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Analysis Of The Lottery By Shirley Jackson

1218 words - 5 pages

According to Anais Nin, a prominent Spanish author, "When we blindly adopt a religion, a political system, a literary dogma, we become automatons. We cease to grow. " Shirley Jackson was born in 1919 in San Francisco, California to Leslie and Geraldine Jackson. She is most well known for her short story titled “The Lottery” which was first published in The New Yorker to overwhelming and mixed reviews. The lottery, as portrayed in the short story, is a religious, annual ceremony in the afternoon of June 27. This event is said to be older than Old Man Warner and has lost most of its meaning. Every year, a “lucky” winner is blindly chosen with the use of a magical, black box to be stoned to ...view middle of the document...

The lottery is an ancient tradition filled with importance and meaning to the townspeople. When they learn that other cities are stopping the lottery, they are not able to fathom why. “Over in the north village they're talking of giving up the lottery." Old Man Warner snorted. "Pack of crazy fools," he said” (Jackson). Even though they themselves do not understand why they are conducting the lottery, they are criticizing the other towns for stopping it. “Old Man Warner, the embodiment of rigid tradition, seems to believe that the sacrifice is necessary to ensure sufficient food for the village, but the other villagers are maintaining the practice out of habit and sheer inertia” (Du Bose). This shows that the citizens think the lottery is necessary because of tradition even if they do not understand why.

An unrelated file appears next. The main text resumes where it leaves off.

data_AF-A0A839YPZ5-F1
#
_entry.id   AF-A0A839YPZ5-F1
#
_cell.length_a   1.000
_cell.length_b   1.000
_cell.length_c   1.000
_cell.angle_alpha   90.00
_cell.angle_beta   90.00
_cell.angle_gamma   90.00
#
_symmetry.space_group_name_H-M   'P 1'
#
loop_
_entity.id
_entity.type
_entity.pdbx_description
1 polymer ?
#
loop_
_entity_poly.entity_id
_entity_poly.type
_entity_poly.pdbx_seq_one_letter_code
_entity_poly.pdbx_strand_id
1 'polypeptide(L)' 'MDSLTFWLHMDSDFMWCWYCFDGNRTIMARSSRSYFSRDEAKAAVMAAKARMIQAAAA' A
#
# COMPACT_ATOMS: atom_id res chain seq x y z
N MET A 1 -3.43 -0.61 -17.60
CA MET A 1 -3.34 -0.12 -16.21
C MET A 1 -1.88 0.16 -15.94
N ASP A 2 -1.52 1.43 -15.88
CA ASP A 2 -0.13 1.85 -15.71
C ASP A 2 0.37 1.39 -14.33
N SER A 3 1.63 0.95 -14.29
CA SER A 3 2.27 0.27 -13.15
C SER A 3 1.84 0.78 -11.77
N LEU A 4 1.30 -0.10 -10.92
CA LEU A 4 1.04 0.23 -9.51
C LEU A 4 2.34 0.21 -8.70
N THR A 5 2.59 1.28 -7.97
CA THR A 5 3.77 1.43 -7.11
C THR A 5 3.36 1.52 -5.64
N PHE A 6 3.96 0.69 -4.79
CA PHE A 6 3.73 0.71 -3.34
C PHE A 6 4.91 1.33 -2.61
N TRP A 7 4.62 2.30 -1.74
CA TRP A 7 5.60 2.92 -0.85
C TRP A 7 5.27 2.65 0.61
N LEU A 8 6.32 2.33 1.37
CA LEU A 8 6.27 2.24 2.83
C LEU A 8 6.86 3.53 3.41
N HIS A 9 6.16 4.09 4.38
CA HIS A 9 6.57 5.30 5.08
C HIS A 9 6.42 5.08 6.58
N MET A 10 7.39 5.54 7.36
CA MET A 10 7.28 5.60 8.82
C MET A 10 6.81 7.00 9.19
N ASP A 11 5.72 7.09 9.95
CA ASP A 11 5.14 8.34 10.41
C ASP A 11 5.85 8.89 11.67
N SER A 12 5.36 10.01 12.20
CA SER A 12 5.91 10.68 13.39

Second, Shirley Jackson conveys her theme that people blindly follow traditions through the use of symbolism. At the beginning of the story, the date is said to be June 27th in the middle of summer. “The morning of June 27th was clear and sunny, with the fresh warmth of a full-summer day; the flowers were blossoming profusely and the grass was richly green” (Jackson). This date is crucially important to the setting because not only does it show why these villagers are hosting the ceremony, but also represents the same day the Midsummer solstice ceremony took place in ancient towns and villages. “That they are not chosen at random is made obvious in the choice of the 27th of June as the date for the Midsummer solstice ceremony” (Schaub). This proves that the date of June the 27th was not chosen by random, but by careful planning by Ms. Shirley Jackson. Next, the way the author used names throughout the story are very important to the explanation of the theme. Most of the prominent figures in the story have names that coincide to what is occuring in the plot. For example, Mr. Graves represents death and funeral, the end result of lottery and is the only person that can assist Mr. Summers. Mr. Summers’ name coincides to the season in which the ceremony occurs, a time of happiness, and shows the contrast between the true meaning of the lottery. Last, Mrs. Delacroix’s name can be translated from French to mean “of the cross” a direct symbol that represents the death of innocent people in ancient times. “None but Mr Graves could best assist Mr Summers to preserve the ceremony...To crown it all the Delacroix are singled out as the most fervent participants in the...

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